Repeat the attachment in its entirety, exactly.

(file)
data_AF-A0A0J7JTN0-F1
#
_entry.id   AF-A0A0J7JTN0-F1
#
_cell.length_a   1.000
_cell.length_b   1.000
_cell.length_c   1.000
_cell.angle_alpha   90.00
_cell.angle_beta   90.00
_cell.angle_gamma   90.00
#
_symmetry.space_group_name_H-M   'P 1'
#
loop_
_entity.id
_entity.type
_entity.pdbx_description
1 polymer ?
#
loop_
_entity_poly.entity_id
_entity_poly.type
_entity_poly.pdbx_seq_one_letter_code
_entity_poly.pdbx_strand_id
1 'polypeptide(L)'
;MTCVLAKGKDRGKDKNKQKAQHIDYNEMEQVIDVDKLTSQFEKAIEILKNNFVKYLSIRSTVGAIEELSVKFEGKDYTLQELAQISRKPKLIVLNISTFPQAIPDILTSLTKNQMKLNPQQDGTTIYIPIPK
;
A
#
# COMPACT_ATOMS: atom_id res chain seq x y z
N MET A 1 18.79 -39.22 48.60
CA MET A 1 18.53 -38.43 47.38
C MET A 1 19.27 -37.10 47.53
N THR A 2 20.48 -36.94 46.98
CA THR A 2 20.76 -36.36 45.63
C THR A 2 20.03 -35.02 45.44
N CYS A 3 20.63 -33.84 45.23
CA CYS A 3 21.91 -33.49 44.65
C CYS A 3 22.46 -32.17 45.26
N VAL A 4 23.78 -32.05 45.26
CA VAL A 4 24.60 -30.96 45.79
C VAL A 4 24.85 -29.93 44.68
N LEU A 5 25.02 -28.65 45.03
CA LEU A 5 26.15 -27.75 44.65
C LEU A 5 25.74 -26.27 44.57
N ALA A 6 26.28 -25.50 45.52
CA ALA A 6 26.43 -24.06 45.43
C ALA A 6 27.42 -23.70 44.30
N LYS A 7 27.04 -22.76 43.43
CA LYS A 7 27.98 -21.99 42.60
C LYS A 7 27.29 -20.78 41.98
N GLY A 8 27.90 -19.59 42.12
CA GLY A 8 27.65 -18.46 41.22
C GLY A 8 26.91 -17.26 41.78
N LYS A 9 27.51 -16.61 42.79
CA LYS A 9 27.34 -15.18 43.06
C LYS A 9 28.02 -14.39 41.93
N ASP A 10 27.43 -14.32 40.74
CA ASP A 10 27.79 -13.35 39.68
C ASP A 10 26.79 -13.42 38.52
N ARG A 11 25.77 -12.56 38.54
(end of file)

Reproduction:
data_AF-A0A0J7JTN0-F1
#
_entry.id   AF-A0A0J7JTN0-F1
#
_cell.length_a   1.000
_cell.length_b   1.000
_cell.length_c   1.000
_cell.angle_alpha   90.00
_cell.angle_beta   90.00
_cell.angle_gamma   90.00
#
_symmetry.space_group_name_H-M   'P 1'
#
loop_
_entity.id
_entity.type
_entity.pdbx_description
1 polymer ?
#
loop_
_entity_poly.entity_id
_entity_poly.type
_entity_poly.pdbx_seq_one_letter_code
_entity_poly.pdbx_strand_id
1 'polypeptide(L)'
;MTCVLAKGKDRGKDKNKQKAQHIDYNEMEQVIDVDKLTSQFEKAIEILKNNFVKYLSIRSTVGAIEELSVKFEGKDYTLQELAQISRKPKLIVLNISTFPQAIPDILTSLTKNQMKLNPQQDGTTIYIPIPK
;
A
#
# COMPACT_ATOMS: atom_id res chain seq x y z
N MET A 1 18.79 -39.22 48.60
CA MET A 1 18.53 -38.43 47.38
C MET A 1 19.27 -37.10 47.53
N THR A 2 20.48 -36.94 46.98
CA THR A 2 20.76 -36.36 45.63
C THR A 2 20.03 -35.02 45.44
N CYS A 3 20.63 -33.84 45.23
CA CYS A 3 21.91 -33.49 44.65
C CYS A 3 22.46 -32.17 45.26
N VAL A 4 23.78 -32.05 45.26
CA VAL A 4 24.60 -30.96 45.79
C VAL A 4 24.85 -29.93 44.68
N LEU A 5 25.02 -28.65 45.03
CA LEU A 5 26.15 -27.75 44.65
C LEU A 5 25.74 -26.27 44.57
N ALA A 6 26.28 -25.50 45.52
CA ALA A 6 26.43 -24.06 45.43
C ALA A 6 27.42 -23.70 44.30
N LYS A 7 27.04 -22.76 43.43
CA LYS A 7 27.98 -21.99 42.60
C LYS A 7 27.29 -20.78 41.98
N GLY A 8 27.90 -19.59 42.12
CA GLY A 8 27.65 -18.46 41.22
C GLY A 8 26.91 -17.26 41.78
N LYS A 9 27.51 -16.61 42.79
CA LYS A 9 27.34 -15.18 43.06
C LYS A 9 28.02 -14.39 41.93
N ASP A 10 27.43 -14.32 40.74
CA ASP A 10 27.79 -13.35 39.68
C ASP A 10 26.79 -13.42 38.52
N ARG A 11 25.77 -12.56 38.54